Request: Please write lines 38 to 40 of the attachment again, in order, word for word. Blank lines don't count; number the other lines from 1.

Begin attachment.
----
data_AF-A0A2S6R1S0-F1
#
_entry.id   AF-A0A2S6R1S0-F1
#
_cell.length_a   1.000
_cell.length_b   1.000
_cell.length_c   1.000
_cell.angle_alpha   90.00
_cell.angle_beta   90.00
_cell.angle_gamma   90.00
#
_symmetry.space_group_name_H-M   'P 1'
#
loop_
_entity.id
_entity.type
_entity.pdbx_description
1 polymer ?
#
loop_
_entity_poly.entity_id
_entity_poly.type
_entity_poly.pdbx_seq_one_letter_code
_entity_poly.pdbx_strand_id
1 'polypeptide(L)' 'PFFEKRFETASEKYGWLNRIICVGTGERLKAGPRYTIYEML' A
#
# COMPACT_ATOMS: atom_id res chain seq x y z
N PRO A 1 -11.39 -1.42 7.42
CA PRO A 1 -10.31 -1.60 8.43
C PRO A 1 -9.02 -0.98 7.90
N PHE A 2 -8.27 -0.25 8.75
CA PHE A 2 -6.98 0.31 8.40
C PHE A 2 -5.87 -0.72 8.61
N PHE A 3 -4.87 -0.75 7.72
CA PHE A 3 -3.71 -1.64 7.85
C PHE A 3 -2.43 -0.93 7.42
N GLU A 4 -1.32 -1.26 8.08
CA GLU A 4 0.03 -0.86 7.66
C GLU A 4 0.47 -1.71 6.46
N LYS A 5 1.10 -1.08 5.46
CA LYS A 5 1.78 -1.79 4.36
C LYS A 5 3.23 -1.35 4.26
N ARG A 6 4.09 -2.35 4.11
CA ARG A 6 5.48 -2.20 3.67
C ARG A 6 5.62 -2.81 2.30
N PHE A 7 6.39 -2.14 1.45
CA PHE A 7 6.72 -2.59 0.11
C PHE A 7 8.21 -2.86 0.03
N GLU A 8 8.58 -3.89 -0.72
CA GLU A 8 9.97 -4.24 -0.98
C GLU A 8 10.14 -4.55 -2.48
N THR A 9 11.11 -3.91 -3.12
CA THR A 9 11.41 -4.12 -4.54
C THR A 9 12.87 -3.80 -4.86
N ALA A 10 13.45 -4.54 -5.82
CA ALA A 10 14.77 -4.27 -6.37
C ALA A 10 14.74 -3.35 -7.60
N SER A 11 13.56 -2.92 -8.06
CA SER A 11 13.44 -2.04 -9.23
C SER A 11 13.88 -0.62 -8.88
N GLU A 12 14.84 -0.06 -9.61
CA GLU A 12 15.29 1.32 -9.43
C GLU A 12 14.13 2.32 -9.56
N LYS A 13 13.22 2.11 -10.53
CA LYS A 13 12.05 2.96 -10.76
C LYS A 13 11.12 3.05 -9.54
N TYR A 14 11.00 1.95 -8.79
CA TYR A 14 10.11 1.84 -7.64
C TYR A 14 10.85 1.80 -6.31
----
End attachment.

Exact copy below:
CA GLU A 4 0.03 -0.86 7.66
C GLU A 4 0.47 -1.71 6.46
N LYS A 5 1.10 -1.08 5.46